I’ve always had a soft spot for building entertainment programmes. This goes back to my childhood in Mumbai, where all the talent of the apartment block converged onto a makeshift stage during the Ganpati season. There were off-key raga renditions; spoofs where the script changed minutes before the curtain came up and the mandatory Bharatanatyam piece. It would all wind up with some delectable eats and mean giggling about the flop acts. In sum, good clean fun that was an enduring feature of Indian middle-class life.
Or, so I thought—until I recently attended my first building entertainment show in Delhi, in the booming suburb of Noida. This was after a few years of staying out of the country, during which time I seem to have missed out on the insidious changes rippling through Middle India.
The air was filled with bonhomie and the smell of hot samosas wafting from the caterer’s tent. There was an invocation, a keyboard recital by a pair of pre-teens and some homespun mimicry. I smiled wistfully and looked forward to the familiar flow of events that would make for a happy, non-threatening evening.
The compere announced that the next item was a dance by little Diksha. The lights on stage dimmed into two laser beams. Artificial fog whooshed around a tiny, darkened silhouette, posing with her back to the audience. The first notes of the song boomed through the speakers and six-year-old Diksha swirled to show us her shimmering off-shoulder mini frock, glittering eye make-up and pouting crimson lips.
“Ae mera dil pyaar ka deewana…” was the song chosen from the new Don. It’s a song of seduction, where the heroine is desperate to distract Don until the police arrive, and decides that stripping beats conversation. Little Diksha had obviously replayed the DVD dozens of times to accurately capture the heroine’s every wiggle. She thrust out her six-year-old chest, narrowed her eyes like a seasoned sex kitten, writhed vigorously on the floor and managed to get the spirit of the song spot on.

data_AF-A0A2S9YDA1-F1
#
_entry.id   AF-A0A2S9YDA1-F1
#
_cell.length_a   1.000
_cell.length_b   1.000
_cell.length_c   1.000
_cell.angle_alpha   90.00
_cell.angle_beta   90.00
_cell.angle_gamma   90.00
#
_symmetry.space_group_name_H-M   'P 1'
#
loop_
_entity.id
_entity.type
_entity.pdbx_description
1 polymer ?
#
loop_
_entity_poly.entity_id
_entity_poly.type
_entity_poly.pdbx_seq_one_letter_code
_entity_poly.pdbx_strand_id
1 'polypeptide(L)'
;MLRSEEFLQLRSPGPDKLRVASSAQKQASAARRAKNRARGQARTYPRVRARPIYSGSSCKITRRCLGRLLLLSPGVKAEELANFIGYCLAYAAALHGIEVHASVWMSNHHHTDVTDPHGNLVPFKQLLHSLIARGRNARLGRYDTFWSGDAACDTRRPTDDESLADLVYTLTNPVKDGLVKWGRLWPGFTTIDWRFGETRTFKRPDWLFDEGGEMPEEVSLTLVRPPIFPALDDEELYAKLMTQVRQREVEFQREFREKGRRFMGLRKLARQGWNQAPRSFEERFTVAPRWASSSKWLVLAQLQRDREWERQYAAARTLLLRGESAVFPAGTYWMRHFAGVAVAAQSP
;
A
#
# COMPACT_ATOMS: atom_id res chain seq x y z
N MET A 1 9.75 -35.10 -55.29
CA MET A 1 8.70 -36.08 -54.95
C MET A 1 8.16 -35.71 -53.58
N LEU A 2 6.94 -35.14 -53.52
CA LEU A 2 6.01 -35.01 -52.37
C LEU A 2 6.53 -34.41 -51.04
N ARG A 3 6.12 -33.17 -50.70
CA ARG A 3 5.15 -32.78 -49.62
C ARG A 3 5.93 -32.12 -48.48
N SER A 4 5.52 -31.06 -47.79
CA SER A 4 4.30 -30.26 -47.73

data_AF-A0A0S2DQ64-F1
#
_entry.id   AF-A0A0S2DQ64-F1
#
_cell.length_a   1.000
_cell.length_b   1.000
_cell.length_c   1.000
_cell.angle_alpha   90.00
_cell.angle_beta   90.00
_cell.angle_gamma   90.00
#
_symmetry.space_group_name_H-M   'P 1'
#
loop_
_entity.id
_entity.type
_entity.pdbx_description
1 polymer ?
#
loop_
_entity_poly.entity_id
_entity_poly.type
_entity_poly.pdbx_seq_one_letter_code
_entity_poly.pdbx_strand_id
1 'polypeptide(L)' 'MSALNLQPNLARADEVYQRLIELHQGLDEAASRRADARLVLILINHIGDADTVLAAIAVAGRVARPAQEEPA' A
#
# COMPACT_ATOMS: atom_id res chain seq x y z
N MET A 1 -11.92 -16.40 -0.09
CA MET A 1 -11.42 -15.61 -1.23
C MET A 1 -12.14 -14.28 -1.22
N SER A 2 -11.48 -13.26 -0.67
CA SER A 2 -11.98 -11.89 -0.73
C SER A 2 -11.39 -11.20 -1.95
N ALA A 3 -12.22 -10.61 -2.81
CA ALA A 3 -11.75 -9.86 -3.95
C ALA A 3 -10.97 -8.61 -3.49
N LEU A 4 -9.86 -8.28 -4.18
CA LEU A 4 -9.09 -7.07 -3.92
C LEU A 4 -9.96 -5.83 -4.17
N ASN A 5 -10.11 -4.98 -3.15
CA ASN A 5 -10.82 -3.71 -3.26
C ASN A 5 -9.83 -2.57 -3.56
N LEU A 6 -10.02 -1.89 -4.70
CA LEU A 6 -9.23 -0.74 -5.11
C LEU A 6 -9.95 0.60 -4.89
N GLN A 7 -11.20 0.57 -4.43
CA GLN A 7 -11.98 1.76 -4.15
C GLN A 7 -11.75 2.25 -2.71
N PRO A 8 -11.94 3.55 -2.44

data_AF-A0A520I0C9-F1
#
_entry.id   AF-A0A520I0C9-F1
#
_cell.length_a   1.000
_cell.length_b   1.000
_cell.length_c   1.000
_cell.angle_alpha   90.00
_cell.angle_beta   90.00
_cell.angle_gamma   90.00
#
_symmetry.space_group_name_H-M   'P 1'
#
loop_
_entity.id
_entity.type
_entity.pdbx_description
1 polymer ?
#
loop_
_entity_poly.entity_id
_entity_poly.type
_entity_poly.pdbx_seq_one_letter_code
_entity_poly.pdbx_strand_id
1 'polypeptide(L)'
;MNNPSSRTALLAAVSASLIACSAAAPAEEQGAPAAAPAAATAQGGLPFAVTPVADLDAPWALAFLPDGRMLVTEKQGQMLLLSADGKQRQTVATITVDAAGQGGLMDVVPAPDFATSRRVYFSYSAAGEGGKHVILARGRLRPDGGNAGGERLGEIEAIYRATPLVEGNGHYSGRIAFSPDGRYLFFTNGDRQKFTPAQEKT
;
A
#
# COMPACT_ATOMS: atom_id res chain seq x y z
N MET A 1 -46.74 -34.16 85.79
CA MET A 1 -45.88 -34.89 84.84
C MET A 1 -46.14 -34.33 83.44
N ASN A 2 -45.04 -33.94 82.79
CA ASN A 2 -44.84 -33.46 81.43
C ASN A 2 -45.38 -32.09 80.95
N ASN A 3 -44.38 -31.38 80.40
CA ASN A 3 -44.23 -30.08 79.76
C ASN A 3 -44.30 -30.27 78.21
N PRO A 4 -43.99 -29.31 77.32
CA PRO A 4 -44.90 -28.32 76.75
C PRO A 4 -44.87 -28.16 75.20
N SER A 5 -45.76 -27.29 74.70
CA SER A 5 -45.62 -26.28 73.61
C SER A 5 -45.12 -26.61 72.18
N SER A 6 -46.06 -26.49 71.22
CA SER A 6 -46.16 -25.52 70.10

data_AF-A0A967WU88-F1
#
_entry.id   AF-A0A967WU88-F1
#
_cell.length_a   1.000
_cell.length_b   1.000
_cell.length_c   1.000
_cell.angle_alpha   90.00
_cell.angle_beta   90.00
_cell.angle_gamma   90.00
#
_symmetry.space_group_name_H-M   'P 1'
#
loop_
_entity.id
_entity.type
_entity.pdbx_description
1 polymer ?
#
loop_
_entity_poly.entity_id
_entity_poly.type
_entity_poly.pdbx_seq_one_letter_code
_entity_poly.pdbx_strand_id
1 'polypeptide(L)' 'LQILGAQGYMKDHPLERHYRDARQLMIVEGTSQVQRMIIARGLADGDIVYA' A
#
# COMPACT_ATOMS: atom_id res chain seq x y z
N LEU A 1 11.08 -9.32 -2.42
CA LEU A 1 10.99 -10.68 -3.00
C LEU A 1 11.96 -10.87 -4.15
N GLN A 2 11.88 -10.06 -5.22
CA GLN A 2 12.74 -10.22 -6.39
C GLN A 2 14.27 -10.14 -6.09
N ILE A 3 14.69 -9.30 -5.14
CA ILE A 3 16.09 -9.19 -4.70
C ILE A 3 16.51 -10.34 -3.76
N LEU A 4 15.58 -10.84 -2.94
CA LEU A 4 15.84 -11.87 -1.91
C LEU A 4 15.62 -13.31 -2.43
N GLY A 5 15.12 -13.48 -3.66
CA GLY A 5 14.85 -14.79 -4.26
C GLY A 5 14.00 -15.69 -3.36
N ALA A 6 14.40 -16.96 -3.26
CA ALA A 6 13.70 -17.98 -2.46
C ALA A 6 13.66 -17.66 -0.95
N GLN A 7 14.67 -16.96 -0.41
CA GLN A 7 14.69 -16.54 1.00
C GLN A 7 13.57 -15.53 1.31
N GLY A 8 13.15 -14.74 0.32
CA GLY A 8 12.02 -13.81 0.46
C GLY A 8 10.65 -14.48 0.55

I stared with a sense of something being not quite right. Watching the child do a lusty number on stage reminded me depressingly of a documentary on pre-pubescent bar dancers. Poverty had forced them to grow up prematurely and adopt the gestures of adults they saw in the movies. But, why must girls of well-fed Delhi families do the same?
The answer was evident when I later chatted with the mothers around me. They had been watching young Diksha’s act spellbound, and I had assumed it was because they were as astonished as I was. But it wasn’t shock that had left them agape. It was sheer appreciation and admiration. “How confident she is, no?” said Mrs Khanna.
“Kitna achha kiya na...bilkul Kareena Kapoor jaise!” gasped Mamma Gupta.
A mother of Diksha’s classmate couldn’t contain her envy. “I don’t know how to make my daughter dance on stage...she’s too shy. I’ve even enrolled her in modern dancing classes!” she mumbled.
Since then, I’ve observed several mothers in Delhi who play DVDs of popular numbers and applaud as their daughters jiggle their bodies unnaturally. I don’t quite recall my mother’s contemporaries egging their girls to do a masterly imitation of Parveen Babi. So, this eagerness to morph little angels into “items” seems to be an offshoot of our talent-show obsessed times.
Sexing up little girls sends signals to the child that the parent’s priority is to ready her for the mating game—if it’s okay to shimmy like Kareena or Bipasha aunty, then it’s okay to quickly move on to other adult stuff as well. So, when little Diksha turns 10 and wants to go on a date, her mother ought not to be righteously indignant. After all, it was mommy who fast-forwarded her childhood.
As for me, I’ll just reset my expectations before the next variety entertainment show.
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